Monthly Brief March 2020 – Determining Future Expectations

Monthly Brief March 2020 – Determining Future Expectations


Could we be experiencing the unthinkable “this time it’s different” scenario?  Certainly, many current market and economic features are similar to conditions seen in the past, but the catalyst of this very complicated current global environment is unique.  Rather than disruption in global business causing stress in the financial system, or, financial system problems causing stress in global business, the COVID-19 pandemic has simultaneously ambushed both the global economy and financial system at once.  

Typically, global central banks can use monetary policy (e.g., interest rates) and governments can implement fiscal policy (e.g., reduced tax rates) to combat global economic and financial system disruption and potentially stimulate economic activity towards a return to healthy growth.  To date, the US federal government and the Federal Reserve have proactively used fiscal and monetary policy through implementation of unprecedented stimulus programs.  And, while fiscal and monetary policy actions have been effective in dampening the blow of the current crisis and calming many of the targeted concerns, they cannot directly address the root cause of the problem, which is the worldwide health crisis.  

Markets have responded to the uncertainty this pandemic places on corporate earnings power by moving prices lower.  With markets now at levels that assume a less rosy path of growth over the coming years, investors are waiting to review quarterly corporate updates over the coming weeks and assess the potential impact this might have on both near-term and long-term results.  Certainly, traders may cause further short-term volatility in the market, but investors will be keenly focused on the longer-term implications.  

Until there is better visibility into the course of this pandemic, the resolve of policymakers will be tested.  But, with memories of having been too reactive during the Great Financial Crisis, we can expect proactive efforts will continue to be implemented to bridge the gap between today’s uncertainty and the promise of recovery.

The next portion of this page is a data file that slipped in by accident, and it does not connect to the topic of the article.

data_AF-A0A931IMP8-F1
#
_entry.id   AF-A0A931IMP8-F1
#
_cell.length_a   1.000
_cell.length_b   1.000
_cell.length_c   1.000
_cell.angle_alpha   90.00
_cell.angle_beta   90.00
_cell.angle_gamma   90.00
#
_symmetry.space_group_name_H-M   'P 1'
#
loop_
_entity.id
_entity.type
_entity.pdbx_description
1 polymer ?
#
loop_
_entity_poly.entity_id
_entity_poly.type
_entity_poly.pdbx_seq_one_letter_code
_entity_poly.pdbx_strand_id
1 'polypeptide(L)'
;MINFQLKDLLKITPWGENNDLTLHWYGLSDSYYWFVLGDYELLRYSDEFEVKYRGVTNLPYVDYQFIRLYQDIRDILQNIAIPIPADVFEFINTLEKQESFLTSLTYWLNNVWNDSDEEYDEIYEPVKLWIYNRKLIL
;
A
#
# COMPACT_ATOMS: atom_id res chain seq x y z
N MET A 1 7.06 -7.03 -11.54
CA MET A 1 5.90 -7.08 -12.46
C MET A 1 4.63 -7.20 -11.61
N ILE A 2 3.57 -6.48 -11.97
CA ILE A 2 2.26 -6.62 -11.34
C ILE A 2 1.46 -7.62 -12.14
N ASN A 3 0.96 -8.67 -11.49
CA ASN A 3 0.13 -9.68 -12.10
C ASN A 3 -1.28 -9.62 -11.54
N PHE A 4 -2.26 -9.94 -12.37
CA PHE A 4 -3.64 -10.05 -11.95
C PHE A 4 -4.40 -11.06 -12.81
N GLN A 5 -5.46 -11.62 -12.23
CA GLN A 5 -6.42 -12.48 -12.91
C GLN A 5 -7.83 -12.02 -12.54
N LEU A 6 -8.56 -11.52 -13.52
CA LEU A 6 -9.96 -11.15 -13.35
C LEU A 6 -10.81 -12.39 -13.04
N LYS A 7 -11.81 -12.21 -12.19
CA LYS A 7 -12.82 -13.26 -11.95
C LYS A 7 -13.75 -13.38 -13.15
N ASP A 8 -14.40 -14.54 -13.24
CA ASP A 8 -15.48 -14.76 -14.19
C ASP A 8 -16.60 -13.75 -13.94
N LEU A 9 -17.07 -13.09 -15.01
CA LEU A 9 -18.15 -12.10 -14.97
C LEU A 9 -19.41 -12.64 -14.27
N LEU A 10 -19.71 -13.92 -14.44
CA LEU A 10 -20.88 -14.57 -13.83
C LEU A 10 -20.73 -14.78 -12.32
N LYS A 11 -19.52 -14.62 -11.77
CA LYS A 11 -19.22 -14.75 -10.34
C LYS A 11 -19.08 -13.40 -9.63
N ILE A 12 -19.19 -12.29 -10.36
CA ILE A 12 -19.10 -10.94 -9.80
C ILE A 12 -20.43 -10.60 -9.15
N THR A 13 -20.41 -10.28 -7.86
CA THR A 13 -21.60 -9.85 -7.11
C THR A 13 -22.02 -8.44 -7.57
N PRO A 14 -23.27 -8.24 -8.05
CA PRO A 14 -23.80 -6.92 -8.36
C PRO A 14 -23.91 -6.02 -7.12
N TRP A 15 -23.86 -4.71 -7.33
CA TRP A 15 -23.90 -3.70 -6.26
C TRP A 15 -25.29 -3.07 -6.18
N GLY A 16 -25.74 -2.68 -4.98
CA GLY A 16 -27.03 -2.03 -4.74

CHART OF INTEREST – Determining Future Expectations

The current global economic stress and the sharp downturn in global markets have few, if any, historical precedents for investors to use as a comparison.  How might we consider the global impact and the future economic path to inform investment decisions?  We can start with the broadest measure of a nation’s economic activity, Gross Domestic Product (GDP).  

The accompanying chart compares Bloomberg Economics’ Global GDP Tracker to actual global GDP growth.  This data is reported each quarter and the “Tracker” has provided general insight into the likely path of future GDP reports.  It would stand to reason that investors would find healthy growth to be more attractive than slowing or contracting growth as they assess their expectations of the future value of assets. At this juncture, the market has already responded to the expected slowdown during the first quarter of 2020.  But what’s next?  This tool and many others will be watched closely to see if future GDP expectations are likely to show further contraction and to what degree.  Or, will it stabilize as a base for recovery?

Investors are always looking past today and to the future when assessing opinions regarding the value of investment options, and the GDP’s measurement of economic activity is a core component of the analysis.  But what is already known is likely priced into today’s markets, such as the expected sharp decline in Q1 2020.  It is forward looking tools such as this one that provide insight into economic and business conditions (and the spread of the current state of the COVID-19 pandemic) that will have significant influence on investors’ outlook and where they take the capital markets from here. 

James Ferrin, CFA
Chief Investment Officer

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